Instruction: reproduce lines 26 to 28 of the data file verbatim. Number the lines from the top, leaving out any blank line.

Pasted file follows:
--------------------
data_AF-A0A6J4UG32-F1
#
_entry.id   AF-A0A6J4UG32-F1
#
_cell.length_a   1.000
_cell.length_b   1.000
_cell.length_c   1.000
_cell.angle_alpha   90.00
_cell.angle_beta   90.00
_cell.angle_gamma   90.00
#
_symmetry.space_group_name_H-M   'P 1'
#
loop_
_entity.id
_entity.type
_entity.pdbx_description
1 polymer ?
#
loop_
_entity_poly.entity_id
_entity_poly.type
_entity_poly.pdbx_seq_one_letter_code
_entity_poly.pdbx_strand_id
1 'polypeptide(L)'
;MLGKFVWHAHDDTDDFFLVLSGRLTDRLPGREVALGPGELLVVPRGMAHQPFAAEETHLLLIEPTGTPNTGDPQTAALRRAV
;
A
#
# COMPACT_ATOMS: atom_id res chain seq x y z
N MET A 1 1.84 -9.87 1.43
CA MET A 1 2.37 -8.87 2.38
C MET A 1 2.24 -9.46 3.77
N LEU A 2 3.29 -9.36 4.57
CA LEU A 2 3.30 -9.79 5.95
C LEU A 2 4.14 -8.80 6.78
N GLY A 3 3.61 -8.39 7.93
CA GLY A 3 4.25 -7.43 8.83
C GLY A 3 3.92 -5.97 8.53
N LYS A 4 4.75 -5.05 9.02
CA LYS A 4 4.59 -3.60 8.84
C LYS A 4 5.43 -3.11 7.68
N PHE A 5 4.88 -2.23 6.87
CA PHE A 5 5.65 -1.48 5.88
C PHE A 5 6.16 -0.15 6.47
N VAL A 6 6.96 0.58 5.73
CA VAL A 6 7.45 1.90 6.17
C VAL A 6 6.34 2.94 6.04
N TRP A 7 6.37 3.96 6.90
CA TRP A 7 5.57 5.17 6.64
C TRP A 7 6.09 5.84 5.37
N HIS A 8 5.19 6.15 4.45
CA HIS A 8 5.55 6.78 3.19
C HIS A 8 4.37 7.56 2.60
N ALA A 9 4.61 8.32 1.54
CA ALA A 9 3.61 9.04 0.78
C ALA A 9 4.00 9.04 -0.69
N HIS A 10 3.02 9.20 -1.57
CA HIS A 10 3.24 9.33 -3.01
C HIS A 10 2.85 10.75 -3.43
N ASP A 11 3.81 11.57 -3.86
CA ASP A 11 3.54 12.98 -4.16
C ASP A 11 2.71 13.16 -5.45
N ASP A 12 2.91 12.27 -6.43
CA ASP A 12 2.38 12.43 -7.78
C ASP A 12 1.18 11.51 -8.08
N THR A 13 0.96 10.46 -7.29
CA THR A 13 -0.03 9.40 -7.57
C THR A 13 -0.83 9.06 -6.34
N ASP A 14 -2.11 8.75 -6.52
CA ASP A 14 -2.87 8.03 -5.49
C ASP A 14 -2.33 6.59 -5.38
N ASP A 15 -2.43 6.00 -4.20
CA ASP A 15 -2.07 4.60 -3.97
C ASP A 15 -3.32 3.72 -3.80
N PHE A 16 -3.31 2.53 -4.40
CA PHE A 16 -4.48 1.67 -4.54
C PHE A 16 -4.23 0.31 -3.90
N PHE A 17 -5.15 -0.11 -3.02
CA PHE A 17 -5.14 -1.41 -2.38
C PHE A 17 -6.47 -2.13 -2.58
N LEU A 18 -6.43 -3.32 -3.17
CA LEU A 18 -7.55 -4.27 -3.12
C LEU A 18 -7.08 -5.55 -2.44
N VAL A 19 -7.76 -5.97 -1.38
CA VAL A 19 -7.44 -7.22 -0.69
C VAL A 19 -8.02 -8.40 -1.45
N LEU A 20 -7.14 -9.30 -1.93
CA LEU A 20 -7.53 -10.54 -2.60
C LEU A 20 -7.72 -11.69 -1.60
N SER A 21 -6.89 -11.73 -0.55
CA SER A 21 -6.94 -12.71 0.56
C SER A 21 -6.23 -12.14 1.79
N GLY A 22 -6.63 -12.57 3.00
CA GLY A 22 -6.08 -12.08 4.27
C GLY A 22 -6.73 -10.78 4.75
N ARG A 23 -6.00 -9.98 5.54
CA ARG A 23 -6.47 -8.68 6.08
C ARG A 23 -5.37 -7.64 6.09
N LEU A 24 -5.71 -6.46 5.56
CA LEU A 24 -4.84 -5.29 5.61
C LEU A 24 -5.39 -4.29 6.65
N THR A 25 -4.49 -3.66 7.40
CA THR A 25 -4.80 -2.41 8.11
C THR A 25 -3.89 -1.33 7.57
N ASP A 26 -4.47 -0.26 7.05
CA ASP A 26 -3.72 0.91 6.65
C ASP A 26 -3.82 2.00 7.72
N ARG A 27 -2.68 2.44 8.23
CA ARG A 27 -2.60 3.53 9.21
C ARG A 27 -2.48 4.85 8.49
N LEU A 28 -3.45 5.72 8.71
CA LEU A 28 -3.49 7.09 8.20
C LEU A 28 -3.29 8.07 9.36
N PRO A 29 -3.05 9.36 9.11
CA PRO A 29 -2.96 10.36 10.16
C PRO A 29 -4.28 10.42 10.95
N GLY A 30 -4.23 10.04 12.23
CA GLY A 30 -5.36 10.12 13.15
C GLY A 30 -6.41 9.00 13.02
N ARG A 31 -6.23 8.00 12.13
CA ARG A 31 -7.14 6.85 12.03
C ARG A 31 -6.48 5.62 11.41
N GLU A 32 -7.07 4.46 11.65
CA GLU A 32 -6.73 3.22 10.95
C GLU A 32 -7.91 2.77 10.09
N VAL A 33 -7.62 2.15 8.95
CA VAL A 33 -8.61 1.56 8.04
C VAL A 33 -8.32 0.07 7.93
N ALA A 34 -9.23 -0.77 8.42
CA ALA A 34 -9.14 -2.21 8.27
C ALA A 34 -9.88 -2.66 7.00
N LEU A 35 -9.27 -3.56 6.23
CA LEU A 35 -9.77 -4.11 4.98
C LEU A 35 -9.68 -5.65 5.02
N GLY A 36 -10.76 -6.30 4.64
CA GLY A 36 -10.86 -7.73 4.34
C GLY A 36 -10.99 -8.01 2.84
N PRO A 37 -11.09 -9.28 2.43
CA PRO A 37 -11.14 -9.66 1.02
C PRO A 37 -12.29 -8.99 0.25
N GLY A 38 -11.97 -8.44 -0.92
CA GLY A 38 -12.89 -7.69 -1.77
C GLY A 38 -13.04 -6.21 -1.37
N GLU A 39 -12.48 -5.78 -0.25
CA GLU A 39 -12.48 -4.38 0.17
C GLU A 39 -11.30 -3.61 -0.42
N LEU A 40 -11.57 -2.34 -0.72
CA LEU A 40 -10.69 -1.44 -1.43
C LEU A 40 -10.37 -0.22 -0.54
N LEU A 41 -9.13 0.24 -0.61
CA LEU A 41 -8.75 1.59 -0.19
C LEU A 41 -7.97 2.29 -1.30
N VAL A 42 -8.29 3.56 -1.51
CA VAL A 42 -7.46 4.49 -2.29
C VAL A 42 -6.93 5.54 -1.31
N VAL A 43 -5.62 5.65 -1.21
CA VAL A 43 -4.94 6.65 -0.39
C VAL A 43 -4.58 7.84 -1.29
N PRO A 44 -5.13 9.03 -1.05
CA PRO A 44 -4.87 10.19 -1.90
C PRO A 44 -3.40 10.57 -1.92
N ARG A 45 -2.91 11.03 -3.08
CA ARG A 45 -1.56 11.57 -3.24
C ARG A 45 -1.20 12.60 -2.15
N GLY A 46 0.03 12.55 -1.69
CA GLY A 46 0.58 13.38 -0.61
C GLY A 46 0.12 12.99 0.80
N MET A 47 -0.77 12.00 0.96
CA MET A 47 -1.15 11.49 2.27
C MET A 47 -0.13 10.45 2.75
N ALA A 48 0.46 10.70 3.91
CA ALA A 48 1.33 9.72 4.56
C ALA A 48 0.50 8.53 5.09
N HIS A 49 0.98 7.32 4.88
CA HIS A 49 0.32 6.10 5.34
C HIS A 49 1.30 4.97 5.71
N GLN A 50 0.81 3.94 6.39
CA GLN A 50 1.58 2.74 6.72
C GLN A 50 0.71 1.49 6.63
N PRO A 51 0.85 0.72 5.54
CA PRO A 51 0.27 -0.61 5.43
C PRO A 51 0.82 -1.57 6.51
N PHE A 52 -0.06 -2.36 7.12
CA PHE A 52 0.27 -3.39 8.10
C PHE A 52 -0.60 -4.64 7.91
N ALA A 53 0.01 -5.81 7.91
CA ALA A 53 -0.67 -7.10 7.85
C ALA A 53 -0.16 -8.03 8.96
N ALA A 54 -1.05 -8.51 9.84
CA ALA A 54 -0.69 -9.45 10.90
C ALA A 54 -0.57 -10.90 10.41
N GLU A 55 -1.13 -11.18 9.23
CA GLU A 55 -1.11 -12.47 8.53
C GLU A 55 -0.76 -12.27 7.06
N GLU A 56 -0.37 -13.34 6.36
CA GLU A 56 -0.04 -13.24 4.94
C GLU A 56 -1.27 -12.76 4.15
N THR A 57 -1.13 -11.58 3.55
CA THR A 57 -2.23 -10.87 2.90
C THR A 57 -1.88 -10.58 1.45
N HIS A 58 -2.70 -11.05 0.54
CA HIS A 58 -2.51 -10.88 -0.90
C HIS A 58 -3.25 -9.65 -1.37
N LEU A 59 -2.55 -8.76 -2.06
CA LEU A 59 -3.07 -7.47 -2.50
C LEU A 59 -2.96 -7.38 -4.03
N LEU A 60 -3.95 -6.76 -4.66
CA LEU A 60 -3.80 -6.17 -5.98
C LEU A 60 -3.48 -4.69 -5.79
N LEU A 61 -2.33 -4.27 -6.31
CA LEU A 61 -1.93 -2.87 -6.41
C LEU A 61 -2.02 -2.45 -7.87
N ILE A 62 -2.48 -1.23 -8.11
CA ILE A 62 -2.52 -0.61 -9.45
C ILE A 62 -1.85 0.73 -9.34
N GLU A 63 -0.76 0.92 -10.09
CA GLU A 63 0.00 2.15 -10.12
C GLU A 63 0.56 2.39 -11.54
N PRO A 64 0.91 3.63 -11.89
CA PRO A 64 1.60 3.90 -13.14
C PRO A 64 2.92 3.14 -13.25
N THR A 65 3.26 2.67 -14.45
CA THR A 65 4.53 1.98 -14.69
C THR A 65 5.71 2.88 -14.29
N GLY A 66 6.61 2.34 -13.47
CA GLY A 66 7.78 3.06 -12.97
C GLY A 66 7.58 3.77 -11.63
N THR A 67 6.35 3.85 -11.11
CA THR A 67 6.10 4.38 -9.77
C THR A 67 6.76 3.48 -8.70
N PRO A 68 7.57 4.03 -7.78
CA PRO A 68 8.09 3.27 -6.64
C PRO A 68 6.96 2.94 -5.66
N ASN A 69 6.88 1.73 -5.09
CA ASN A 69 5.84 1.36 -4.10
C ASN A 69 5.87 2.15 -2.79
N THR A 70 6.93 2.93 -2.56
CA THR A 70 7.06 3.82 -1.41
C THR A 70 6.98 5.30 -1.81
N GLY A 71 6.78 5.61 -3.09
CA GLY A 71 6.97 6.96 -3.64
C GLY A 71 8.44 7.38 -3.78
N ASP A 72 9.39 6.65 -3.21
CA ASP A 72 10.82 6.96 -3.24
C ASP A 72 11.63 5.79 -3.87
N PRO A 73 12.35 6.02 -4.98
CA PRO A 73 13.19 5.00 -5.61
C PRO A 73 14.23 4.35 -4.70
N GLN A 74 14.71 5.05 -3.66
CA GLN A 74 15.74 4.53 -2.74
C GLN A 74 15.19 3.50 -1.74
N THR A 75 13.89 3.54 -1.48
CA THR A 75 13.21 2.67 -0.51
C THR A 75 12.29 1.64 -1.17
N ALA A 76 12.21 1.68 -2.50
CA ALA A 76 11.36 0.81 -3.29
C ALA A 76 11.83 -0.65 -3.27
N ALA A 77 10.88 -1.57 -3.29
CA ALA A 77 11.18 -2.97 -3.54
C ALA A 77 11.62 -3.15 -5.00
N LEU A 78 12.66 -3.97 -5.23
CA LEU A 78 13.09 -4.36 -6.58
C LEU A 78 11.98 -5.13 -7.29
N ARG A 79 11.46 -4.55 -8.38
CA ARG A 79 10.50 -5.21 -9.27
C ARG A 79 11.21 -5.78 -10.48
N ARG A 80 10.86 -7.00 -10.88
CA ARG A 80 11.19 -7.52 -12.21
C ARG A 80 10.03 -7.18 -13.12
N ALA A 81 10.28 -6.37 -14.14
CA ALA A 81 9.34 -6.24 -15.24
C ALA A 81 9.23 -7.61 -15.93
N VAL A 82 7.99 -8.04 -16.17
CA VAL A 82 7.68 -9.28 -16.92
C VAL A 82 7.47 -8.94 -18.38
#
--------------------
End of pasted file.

;MLGKFVWHAHDDTDDFFLVLSGRLTDRLPGREVALGPGELLVVPRGMAHQPFAAEETHLLLIEPTGTPNTGDPQTAALRRAV
;
A